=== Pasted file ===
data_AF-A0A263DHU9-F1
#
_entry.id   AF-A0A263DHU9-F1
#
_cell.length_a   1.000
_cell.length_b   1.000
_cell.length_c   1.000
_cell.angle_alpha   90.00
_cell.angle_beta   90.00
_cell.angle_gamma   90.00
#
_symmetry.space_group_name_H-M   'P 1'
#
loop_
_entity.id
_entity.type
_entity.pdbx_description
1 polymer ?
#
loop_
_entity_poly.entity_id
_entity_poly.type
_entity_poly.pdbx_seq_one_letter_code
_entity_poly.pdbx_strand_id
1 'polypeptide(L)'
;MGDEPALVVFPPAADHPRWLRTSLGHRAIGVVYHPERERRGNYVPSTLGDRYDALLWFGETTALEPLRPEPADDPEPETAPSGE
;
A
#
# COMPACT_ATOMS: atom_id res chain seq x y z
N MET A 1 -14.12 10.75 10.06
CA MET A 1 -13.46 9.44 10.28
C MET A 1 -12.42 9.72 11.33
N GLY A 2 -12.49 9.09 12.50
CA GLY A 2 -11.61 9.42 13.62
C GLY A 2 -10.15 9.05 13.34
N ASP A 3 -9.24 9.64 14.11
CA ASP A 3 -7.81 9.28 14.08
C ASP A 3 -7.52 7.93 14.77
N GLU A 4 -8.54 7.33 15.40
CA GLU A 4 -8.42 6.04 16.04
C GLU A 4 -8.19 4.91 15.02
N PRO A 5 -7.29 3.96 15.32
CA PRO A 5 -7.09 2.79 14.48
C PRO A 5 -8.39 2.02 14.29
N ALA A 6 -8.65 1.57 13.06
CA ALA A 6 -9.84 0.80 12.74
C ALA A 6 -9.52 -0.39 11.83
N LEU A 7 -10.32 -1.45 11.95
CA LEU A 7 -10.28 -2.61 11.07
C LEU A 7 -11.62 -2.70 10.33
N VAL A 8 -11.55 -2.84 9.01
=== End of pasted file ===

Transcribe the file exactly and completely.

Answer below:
data_AF-A0A263DHU9-F1
#
_entry.id   AF-A0A263DHU9-F1
#
_cell.length_a   1.000
_cell.length_b   1.000
_cell.length_c   1.000
_cell.angle_alpha   90.00
_cell.angle_beta   90.00
_cell.angle_gamma   90.00
#
_symmetry.space_group_name_H-M   'P 1'
#
loop_
_entity.id
_entity.type
_entity.pdbx_description
1 polymer ?
#
loop_
_entity_poly.entity_id
_entity_poly.type
_entity_poly.pdbx_seq_one_letter_code
_entity_poly.pdbx_strand_id
1 'polypeptide(L)'
;MGDEPALVVFPPAADHPRWLRTSLGHRAIGVVYHPERERRGNYVPSTLGDRYDALLWFGETTALEPLRPEPADDPEPETAPSGE
;
A
#
# COMPACT_ATOMS: atom_id res chain seq x y z
N MET A 1 -14.12 10.75 10.06
CA MET A 1 -13.46 9.44 10.28
C MET A 1 -12.42 9.72 11.33
N GLY A 2 -12.49 9.09 12.50
CA GLY A 2 -11.61 9.42 13.62
C GLY A 2 -10.15 9.05 13.34
N ASP A 3 -9.24 9.64 14.11
CA ASP A 3 -7.81 9.28 14.08
C ASP A 3 -7.52 7.93 14.77
N GLU A 4 -8.54 7.33 15.40
CA GLU A 4 -8.42 6.04 16.04
C GLU A 4 -8.19 4.91 15.02
N PRO A 5 -7.29 3.96 15.32
CA PRO A 5 -7.09 2.79 14.48
C PRO A 5 -8.39 2.02 14.29
N ALA A 6 -8.65 1.57 13.06
CA ALA A 6 -9.84 0.80 12.74
C ALA A 6 -9.52 -0.39 11.83
N LEU A 7 -10.32 -1.45 11.95
CA LEU A 7 -10.28 -2.61 11.07
C LEU A 7 -11.62 -2.70 10.33
N VAL A 8 -11.55 -2.84 9.01